The Willow by Your Side
Author: Peter Haynes
Publication date: 25 November 2018
Publisher: Unsung Stories
Reviewer: D C White
When thinking of English fantasy today, one may be forgiven for starting with Tolkien. The reach of Bilbo and Frodo has been long and glorious, not just throughout Middle-earth, but also throughout popular culture. However, before Tolkien turned over that fateful student paper and started to write, there existed another world of English fantasy: a stranger and darker world. This was the world of Lord Dunsany, of Lewis Carroll, and of C S Lewis. There, the elves were mischievous, not noble. Deals made were never as they seemed. Ordinary folk made their way there every now and again, as the lands of faerie themselves were always just a short walk from the fields we know.
In The Willow by Your Side, Peter Haynes takes us on a welcome-back trip to these magical paths. But as you might expect, the experience is not an exercise in nostalgia. Modern sensibilities and today’s harder edges intrude into the lands of the faerie. While the book follows a boy (name unknown) on his quest to find his lost sister in the 1930s, this story was not written by Enid Blyton. There are no faraway trees in the woods, but rather a magical lake where the children run to escape a father half-mad with PTSD. This lends the fairy-tale aspect of the story a new, refreshing angle.
So, the boy’s sister has gone missing. Suspicion falls on the father, who only the week before severely wounded her with a pitchfork whilst in a rage. The father is arrested, and this sets the boy off on his quest across the lake to bring his sister back.
The narrative is delivered in the first person and takes the form of the boy’s inner dialogue as he talks to his missing sister. While this style allows us to get to know the boy intimately, it gives every scene a sense of passiveness, as we only see what happens to the boy. The reader is not left to figure anything out on their own, but rather learns everything through the protagonist’s senses. Although this allows us to know his intimate thoughts, it also frustrates, as the reader is forced to view the story through an unreliable narrator. While it is a change from the textbook fairy-tale third person narrative, it prevents us from seeing the ‘big picture’.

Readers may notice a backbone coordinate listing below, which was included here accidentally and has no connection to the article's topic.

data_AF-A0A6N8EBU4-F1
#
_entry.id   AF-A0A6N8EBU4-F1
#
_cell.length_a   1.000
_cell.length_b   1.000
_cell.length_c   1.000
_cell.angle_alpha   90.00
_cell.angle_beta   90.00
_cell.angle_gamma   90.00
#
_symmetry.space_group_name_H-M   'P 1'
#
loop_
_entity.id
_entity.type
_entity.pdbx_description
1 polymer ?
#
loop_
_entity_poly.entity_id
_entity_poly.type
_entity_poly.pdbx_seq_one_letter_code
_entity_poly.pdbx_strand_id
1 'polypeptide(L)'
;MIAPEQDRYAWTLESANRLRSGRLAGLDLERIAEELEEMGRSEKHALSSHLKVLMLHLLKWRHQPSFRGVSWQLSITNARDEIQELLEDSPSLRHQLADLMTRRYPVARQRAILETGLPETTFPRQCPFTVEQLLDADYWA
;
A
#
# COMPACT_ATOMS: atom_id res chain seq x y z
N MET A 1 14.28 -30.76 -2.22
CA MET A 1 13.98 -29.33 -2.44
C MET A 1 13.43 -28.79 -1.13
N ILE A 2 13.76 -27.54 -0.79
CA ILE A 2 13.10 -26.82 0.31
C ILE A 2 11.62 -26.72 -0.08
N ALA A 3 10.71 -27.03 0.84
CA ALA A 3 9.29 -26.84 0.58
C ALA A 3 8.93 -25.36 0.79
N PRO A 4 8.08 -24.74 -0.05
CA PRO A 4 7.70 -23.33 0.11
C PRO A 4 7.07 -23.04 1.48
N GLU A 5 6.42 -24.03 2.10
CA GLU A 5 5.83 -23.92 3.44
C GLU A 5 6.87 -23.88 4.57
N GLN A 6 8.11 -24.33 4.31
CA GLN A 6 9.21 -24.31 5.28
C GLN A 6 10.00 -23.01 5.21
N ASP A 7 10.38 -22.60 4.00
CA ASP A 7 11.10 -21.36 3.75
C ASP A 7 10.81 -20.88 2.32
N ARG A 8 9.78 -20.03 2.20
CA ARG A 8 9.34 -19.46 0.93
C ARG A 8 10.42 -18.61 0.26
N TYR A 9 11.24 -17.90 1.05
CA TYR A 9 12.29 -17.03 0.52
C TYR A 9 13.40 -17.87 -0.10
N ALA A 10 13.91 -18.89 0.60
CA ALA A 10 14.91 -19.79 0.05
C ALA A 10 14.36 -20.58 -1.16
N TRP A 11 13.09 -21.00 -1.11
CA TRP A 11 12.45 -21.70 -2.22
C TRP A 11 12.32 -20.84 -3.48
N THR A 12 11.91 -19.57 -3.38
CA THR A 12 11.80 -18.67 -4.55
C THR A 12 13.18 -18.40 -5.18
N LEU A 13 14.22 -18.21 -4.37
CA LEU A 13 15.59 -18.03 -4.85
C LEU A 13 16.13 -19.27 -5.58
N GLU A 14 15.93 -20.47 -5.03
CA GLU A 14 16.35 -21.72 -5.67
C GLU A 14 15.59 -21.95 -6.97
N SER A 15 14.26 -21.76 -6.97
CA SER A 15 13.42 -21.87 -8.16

There are two stories told in this novel, running concurrently. The prime narrative is the boy’s quest over the lake to rescue his sister. The secondary narrative shows us the events of the weeks immediately preceding the girl’s disappearance, as the children’s father descends further into madness. The twin-narrative structure is fun, but the closeness in time of the two stories (with the first ending only a day or so before the other starts) does not allow us to see any change in the boy’s character over time. The story leading up to the girl’s disappearance has life-altering consequences for the boy, but when we meet him at the beginning of the novel (starting the prime, later narrative) we do not see any evidence of this change.
Overall, however, this issue is minor, as it only becomes apparent at the end of the book. The story moves at a pace well suited to the subject matter, and the reader is never bored. The author shows the boy’s sense of wonder, fear, and his frailty well, and nameless though he forever remains he becomes indelibly etched in the reader’s consciousness.
The best part of the novel, though, is the author’s use of prose. The language used by the boy in his internal thoughts is gorgeous, with wonderful turns of phrase that make it a joy to read. Occasionally however, it seems older and wiser than the internal dialogue of a twelve-year-old. A genuine sense of ‘Englishness’ an Anglophilia pervades the book, and it is clear the author understood his subject well.
On the whole, The Willow by Your Side is a capable addition to the ranks of English fantasy, and should delight readers of Lord Dunsany, Hope Mirrlees, and C S Lewis.